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Meeting to consider tree planting as antidote to urban ills is uprooted by 'inconvenient conclusion'

"I think that I shall never see/A poem lovely as a tree," wrote Joyce Kilmer. The poet, no doubt, was talking about aesthetics. If he wrote those lines today, chances are he would also have urban blight and community health in mind.

As well as bringing arboreal charms to inner cities, trees help improve air quality by reducing air temperature, removing air pollutants and providing shade that lowers energy use in buildings, thus reducing air-polluting emissions from power plants.

In New York City alone, it's estimated that trees remove about three times more lung-choking air pollutants than do shrubs. It's little wonder, then, that the city has embarked on an ambitious program to plant 1 million new trees by 2030, and Boston is planning to plant 100,000 new trees over 20 years.

A major reason why cities increasingly are turning to trees as a public health measure is because of the alarming rise in respiratory and cardiovascular diseases in urban areas. Asthma, in particular, now affects 20 million Americans. The culprit in many researchers' view is particulate matter (PM) spewed out by diesel combustion, power plants and smelters, to name just a few sources. But trees, according to an increasing body of research, are a perfect antidote by capturing fine particles in the air and potentially deflecting them away from high-population areas.

On June 2, Cornell Cooperative Extension-New York City and Cornell's Department of Horticulture focused on this thesis at a conference at Weill Cornell Medical College funded by the U.S. Department of Agriculture.

The participants heard from urban planners about their tree-planting programs, from horticulturists about designing sites to mitigate the effects of particulate pollution, and from medical experts about tiny particles in the air that can get into the lungs and interact with lung cells. Then they heard from Tom Whitlow, a researcher in Cornell's Urban Horticulture Institute.

His "inconvenient conclusion": Increasing tree cover as a strategy for reducing asthma "is unlikely to work." It might be disingenuous, he said, "to suggest that planting more trees might help a community's health" in a directly measurable way.

Whitlow described his as-yet unpublished research into the way fine particulate matter, called PM2.5 (meaning the particles are 2.5 micrometers in diameter and smaller), is deposited on leaves. These particles are among the U.S. Environmental Protection Agency's designated six so-called criteria pollutants. The agency warns that PM2.5 pollutants are unhealthy to breathe and are associated with premature mortality and other serious health effects.

Using a wind tunnel, Whitlow circulated a plume of particles through bunches of foliage. After measuring the change in the plume, he concluded that there was "no leaf-area effect" and that leaves are not good filters of PM2.5. In fact, he noted, "Deposition [on a surface] reaches a minimum in the PM2.5 zone."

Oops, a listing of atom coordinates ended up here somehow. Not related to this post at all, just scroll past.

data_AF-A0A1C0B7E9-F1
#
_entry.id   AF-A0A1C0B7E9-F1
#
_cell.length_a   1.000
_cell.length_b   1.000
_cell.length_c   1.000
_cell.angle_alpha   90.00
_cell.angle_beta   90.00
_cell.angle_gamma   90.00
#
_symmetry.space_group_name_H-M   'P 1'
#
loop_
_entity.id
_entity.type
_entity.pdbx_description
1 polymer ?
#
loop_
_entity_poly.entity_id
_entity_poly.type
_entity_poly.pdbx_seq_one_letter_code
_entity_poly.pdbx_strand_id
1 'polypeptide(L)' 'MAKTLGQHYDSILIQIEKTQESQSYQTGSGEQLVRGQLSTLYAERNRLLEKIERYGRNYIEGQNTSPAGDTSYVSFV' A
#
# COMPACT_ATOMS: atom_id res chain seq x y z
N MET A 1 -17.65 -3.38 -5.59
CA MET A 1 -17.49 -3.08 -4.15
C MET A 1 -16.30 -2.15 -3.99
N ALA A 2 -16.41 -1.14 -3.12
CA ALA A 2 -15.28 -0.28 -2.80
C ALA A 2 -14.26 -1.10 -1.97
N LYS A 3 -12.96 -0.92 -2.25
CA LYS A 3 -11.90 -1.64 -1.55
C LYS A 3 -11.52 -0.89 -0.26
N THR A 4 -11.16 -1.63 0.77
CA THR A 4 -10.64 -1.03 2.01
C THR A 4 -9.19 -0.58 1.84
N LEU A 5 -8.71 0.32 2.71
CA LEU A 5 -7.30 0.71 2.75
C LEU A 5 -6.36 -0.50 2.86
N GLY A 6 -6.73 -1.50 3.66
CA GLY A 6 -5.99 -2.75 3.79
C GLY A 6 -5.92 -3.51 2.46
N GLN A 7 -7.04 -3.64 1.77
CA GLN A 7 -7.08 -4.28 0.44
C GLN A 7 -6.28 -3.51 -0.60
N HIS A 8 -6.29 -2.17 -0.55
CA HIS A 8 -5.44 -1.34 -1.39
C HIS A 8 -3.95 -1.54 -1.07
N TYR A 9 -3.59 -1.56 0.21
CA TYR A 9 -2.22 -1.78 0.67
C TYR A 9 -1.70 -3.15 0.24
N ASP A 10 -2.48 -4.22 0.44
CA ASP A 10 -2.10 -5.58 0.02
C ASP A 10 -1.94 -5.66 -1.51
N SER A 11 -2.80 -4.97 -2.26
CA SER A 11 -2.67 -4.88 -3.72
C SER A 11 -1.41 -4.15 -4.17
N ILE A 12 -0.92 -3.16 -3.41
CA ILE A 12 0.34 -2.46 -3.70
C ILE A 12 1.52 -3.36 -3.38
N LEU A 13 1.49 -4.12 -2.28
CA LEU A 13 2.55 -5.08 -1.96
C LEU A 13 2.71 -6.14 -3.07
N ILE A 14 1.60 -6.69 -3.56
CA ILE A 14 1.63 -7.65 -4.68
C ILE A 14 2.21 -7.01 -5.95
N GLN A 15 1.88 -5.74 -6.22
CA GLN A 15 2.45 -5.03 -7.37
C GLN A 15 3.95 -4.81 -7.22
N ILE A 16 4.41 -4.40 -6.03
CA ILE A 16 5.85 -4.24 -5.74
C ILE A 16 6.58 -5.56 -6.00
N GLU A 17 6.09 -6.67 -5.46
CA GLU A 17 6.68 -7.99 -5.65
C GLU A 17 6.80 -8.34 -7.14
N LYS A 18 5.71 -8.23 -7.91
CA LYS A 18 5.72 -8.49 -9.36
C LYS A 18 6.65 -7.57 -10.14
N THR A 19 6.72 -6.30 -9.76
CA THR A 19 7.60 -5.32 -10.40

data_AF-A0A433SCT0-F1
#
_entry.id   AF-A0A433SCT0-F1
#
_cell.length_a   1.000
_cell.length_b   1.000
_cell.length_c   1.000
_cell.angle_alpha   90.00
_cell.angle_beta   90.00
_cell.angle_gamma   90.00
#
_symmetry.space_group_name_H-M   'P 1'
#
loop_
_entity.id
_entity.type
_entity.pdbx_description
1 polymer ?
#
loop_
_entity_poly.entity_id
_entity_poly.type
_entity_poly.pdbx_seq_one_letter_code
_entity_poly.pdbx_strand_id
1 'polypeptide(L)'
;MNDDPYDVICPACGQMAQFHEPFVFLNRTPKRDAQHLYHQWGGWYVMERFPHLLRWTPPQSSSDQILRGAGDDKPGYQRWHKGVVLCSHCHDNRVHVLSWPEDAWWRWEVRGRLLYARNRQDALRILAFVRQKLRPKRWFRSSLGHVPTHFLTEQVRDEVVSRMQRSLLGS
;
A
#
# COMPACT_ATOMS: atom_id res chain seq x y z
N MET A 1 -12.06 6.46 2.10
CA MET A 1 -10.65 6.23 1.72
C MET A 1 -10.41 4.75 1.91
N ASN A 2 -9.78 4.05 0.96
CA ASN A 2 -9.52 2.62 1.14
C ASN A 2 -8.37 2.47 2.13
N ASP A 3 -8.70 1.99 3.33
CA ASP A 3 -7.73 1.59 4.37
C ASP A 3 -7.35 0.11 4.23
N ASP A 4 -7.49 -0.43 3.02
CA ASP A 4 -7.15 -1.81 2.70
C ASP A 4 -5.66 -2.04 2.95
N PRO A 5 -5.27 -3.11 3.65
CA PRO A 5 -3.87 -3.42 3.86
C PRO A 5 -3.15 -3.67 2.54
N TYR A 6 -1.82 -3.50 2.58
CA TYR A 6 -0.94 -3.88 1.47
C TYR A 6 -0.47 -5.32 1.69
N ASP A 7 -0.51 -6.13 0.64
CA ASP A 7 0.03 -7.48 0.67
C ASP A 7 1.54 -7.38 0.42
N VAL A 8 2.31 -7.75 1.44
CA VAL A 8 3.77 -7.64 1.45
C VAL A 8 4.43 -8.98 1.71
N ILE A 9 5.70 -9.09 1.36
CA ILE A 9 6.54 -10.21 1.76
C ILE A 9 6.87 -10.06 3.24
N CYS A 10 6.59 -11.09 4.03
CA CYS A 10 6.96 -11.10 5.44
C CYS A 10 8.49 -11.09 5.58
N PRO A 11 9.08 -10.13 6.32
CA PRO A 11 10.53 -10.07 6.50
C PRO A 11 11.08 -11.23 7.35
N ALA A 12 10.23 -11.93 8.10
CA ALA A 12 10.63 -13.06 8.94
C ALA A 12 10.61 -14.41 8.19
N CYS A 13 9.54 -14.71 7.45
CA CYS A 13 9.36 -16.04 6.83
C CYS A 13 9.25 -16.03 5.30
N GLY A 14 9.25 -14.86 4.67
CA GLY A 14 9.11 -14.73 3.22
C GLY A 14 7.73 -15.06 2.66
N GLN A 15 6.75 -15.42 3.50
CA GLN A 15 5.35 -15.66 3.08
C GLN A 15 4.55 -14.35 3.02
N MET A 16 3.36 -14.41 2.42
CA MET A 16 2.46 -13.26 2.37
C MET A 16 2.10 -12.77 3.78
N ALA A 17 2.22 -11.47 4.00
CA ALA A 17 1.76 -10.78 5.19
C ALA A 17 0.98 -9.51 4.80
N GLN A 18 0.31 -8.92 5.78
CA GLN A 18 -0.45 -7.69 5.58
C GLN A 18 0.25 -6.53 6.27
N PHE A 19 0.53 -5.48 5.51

Although more research is needed, Whitlow said he has so far monitored 16 different size fractions, both larger and smaller. What's important, he later added, is to use "the appropriate currency to establish cause and effect."

Participant Max Zhang, Cornell assistant professor of mechanical and aerospace engineering, who has developed a computer model of the changes in size of particulates in relation to their distance from roads in New York City's South Bronx, noted the increasing evidence of the impact on human health by the smallest particles in the air, or nanoparticles. Planting trees near roadways has the potential to reduce particles at the nano level, he said. "Canopy has the potential to protect those living near roads." Zhang noted that 36 million Americans live within 300 feet of a four-lane highway, railroad or airport.

Among those advocating on-ground studies was Nina Bassuk, Cornell professor of horticulture. She suggested that a research program be tied to areas in New York City where the air quality in similar streets with and without trees could be compared to determine if trees were able to deflect or remove a wide range of pollutants from the air.

Jennifer Greenfeld of New York City's Department of Parks and Recreation offered the view that "public health benefits do not trump other considerations. Tree planting has a role to play in some of these problems of neighborhood ills."

But Charles Lord of Boston's Urban Ecology Institute voiced a fear that was in many minds. "I hope this is not the silver bullet that kills tree-planting programs," he said.

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